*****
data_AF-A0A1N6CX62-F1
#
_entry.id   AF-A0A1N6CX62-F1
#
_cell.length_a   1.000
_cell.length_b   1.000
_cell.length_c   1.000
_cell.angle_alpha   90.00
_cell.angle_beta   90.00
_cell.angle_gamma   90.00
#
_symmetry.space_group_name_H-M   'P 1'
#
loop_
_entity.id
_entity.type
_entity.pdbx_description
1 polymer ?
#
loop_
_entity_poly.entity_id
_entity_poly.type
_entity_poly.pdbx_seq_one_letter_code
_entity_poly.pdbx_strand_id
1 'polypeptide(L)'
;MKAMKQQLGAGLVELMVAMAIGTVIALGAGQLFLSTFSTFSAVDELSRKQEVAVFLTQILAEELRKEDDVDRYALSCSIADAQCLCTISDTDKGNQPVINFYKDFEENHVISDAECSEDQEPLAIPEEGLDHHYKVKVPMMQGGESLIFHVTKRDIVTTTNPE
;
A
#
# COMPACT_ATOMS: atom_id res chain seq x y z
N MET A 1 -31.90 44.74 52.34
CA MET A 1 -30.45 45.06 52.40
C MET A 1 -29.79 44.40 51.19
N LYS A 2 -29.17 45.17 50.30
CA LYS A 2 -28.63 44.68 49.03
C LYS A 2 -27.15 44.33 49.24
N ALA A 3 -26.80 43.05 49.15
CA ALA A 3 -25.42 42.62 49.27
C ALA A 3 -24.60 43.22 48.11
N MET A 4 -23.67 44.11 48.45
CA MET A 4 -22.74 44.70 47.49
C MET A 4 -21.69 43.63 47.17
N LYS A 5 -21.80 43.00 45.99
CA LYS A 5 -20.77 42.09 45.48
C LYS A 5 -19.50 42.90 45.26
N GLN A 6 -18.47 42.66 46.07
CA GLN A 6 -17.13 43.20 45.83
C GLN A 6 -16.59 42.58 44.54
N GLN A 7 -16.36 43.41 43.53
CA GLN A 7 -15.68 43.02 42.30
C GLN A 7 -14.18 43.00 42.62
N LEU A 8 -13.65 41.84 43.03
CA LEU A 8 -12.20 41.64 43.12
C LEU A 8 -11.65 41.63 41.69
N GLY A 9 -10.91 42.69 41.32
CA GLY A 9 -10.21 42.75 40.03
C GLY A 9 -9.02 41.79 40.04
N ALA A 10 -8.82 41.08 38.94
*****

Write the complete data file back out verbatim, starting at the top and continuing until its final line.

data_AF-A0A1N6CX62-F1
#
_entry.id   AF-A0A1N6CX62-F1
#
_cell.length_a   1.000
_cell.length_b   1.000
_cell.length_c   1.000
_cell.angle_alpha   90.00
_cell.angle_beta   90.00
_cell.angle_gamma   90.00
#
_symmetry.space_group_name_H-M   'P 1'
#
loop_
_entity.id
_entity.type
_entity.pdbx_description
1 polymer ?
#
loop_
_entity_poly.entity_id
_entity_poly.type
_entity_poly.pdbx_seq_one_letter_code
_entity_poly.pdbx_strand_id
1 'polypeptide(L)'
;MKAMKQQLGAGLVELMVAMAIGTVIALGAGQLFLSTFSTFSAVDELSRKQEVAVFLTQILAEELRKEDDVDRYALSCSIADAQCLCTISDTDKGNQPVINFYKDFEENHVISDAECSEDQEPLAIPEEGLDHHYKVKVPMMQGGESLIFHVTKRDIVTTTNPE
;
A
#
# COMPACT_ATOMS: atom_id res chain seq x y z
N MET A 1 -31.90 44.74 52.34
CA MET A 1 -30.45 45.06 52.40
C MET A 1 -29.79 44.40 51.19
N LYS A 2 -29.17 45.17 50.30
CA LYS A 2 -28.63 44.68 49.03
C LYS A 2 -27.15 44.33 49.24
N ALA A 3 -26.80 43.05 49.15
CA ALA A 3 -25.42 42.62 49.27
C ALA A 3 -24.60 43.22 48.11
N MET A 4 -23.67 44.11 48.45
CA MET A 4 -22.74 44.70 47.49
C MET A 4 -21.69 43.63 47.17
N LYS A 5 -21.80 43.00 45.99
CA LYS A 5 -20.77 42.09 45.48
C LYS A 5 -19.50 42.90 45.26
N GLN A 6 -18.47 42.66 46.07
CA GLN A 6 -17.13 43.20 45.83
C GLN A 6 -16.59 42.58 44.54
N GLN A 7 -16.36 43.41 43.53
CA GLN A 7 -15.68 43.02 42.30
C GLN A 7 -14.18 43.00 42.62
N LEU A 8 -13.65 41.84 43.03
CA LEU A 8 -12.20 41.64 43.12
C LEU A 8 -11.65 41.63 41.69
N GLY A 9 -10.91 42.69 41.32
CA GLY A 9 -10.21 42.75 40.03
C GLY A 9 -9.02 41.79 40.04
N ALA A 10 -8.82 41.08 38.94